If true, and if the arms are in significant amounts, it represents a new stage of triage in the process. In the US it is being taken as a reversal of policy, but it is less of one than is being portrayed. Obama’s strategy, as it has evolved through his presidency, is that of gradually replacing a failed nation-building strategy with one of containment by no/low-risk (to Americans), bombing and drone strikes. The policy seems to be to simultaneously lower Americans’ expectations about what can be done while seeking to minimise risks to them, even at the cost of innocent lives.
In Australia, the Right are still banging on about the idea that Obama somehow lost the “victory” in Iraq, as if the place had not been continuously set by car bombs and everything else from 2003 onwards. It is asinine, in any case. Maliki used the cover of US occupation to consolidate Shiite power, refused a forces agreement with the US, and removed the Sunnis from such power as remained to them. Whatever was going to happen in Iraq was always only going to happen once the US left — and the same will be true of Afghanistan. The “lost the victory” is so delusional and dishonest that only Bolt is managing to do it with a straight face.
In the US, the Right has pretty much discontinued this line, transfixed by the utter failure of the Iraq project and the further horror of what is to come. In particular, the Right has been genuinely challenged by the rapid destruction of the Iraqi Christian community. Iraqi Christians, who had a measure of protection under Saddam, have been under pressure from 2003 on — when we were “winning”. Now they’ve been killed, exiled and dissipated in weeks, and it appears that the US Christian Right — empathy-challenged so far as brown Muslims go — has been gripped with genuine guilt, which has acquainted them with reality.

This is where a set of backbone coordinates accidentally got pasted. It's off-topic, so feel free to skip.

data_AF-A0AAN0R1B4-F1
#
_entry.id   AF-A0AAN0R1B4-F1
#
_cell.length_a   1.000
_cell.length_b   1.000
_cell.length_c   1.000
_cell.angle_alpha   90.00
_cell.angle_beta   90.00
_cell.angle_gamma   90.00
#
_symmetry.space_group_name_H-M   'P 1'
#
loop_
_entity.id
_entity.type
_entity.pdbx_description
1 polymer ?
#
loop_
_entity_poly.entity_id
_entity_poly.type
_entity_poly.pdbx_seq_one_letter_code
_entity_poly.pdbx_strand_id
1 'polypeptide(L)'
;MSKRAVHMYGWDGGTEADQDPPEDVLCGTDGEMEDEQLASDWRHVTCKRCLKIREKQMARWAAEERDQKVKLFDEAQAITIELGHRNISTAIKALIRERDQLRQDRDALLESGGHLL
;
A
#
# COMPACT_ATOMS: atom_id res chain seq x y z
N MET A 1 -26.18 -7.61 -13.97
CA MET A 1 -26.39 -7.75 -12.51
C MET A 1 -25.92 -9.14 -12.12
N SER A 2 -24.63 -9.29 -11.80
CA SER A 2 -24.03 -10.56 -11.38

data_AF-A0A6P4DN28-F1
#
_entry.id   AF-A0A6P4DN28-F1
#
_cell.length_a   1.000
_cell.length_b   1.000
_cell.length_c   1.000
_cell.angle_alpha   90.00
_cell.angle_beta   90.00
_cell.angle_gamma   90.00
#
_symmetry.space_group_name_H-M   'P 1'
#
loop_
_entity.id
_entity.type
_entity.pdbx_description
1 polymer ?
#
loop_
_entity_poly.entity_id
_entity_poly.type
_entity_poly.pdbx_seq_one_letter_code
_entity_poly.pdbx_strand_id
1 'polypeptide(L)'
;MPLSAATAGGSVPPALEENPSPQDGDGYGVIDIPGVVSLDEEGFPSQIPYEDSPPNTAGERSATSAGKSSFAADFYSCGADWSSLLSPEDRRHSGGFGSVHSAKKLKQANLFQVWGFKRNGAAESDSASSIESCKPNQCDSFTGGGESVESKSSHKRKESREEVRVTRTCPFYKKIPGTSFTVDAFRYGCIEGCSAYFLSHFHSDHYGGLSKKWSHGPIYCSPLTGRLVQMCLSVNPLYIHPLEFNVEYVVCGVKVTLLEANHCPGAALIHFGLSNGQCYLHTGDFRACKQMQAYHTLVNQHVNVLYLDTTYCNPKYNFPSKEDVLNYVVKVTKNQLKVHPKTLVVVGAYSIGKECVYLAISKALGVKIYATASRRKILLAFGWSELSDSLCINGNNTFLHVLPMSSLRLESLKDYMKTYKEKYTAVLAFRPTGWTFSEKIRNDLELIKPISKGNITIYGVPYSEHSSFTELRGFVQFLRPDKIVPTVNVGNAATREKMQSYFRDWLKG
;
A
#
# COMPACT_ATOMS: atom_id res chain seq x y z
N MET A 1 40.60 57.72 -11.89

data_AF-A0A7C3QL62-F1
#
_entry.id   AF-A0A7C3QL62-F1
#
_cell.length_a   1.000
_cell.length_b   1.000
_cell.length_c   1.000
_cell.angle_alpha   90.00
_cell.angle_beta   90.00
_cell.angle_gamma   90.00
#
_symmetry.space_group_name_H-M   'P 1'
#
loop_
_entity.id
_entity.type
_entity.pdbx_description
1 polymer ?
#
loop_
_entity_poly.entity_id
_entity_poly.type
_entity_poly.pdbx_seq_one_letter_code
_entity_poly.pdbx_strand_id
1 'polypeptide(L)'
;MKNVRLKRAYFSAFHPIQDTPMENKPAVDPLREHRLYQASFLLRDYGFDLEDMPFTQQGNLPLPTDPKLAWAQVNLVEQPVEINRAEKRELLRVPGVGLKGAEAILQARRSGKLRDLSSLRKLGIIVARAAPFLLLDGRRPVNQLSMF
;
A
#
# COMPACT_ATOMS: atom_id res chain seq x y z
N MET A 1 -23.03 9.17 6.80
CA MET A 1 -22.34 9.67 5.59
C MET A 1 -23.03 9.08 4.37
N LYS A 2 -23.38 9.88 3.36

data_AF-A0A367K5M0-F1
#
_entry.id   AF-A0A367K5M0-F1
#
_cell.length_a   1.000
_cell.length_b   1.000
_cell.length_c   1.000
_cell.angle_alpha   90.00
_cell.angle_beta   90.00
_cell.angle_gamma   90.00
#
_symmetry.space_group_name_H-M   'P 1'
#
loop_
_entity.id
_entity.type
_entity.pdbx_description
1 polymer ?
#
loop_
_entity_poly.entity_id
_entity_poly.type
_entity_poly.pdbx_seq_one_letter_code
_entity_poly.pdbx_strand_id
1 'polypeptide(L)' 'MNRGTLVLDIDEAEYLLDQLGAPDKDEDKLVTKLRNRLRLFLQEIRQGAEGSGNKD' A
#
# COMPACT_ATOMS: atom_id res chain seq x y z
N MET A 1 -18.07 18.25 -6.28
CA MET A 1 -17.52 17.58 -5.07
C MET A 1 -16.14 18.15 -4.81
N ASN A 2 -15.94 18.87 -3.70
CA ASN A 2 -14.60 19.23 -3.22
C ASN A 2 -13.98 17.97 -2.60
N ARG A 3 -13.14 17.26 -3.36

They are further disadvantaged by the growing isolationism of the Tea Party and the remainder of the Republican Right. Initially a minority trend in the Right, they are now dominant, and the neocon imperialists have been all but squeezed out — with John McCain their only serious representative. The leading proponent of a re-projection of US power is Hillary Clinton, who is effectively running against Obama and aiming for an immense 2016 victory.
On the Left, there’s a forceful argument that fresh involvement in Iraq is overwhelmingly to do with oil (Syria has none) — which seems to ignore both the political import of Iraq in US memory, and also the greater ease with which a frontier can be established in Iraq, unlike Syria. There seems little doubt that this latest episode will further split the previously (pre-Libya) fairly united anti-war Left. If, as is highly possible, the US begin to arm the Marxist-Leninist Kurdistan Workers’ Party (or PKK), then the situation will take on a, erm, complex character.
Everyone is going to have to make a decision. Will, knowing the war aversion of Australians, the Coalition commit Team Australia to military support — when the captain gets back from pointless busywork in the Netherlands, where he’s hiding, as always, from real meetings and duties, in this case with oh, only the US Defence and State secretaries, as a decade of Anglosphere foreign policy comes apart? Will Labor risk being out of it, if the humanitarian plays? Which way will the Greens jump? This is a defining situation, and the world will not come out of it as it went in, and neither will we.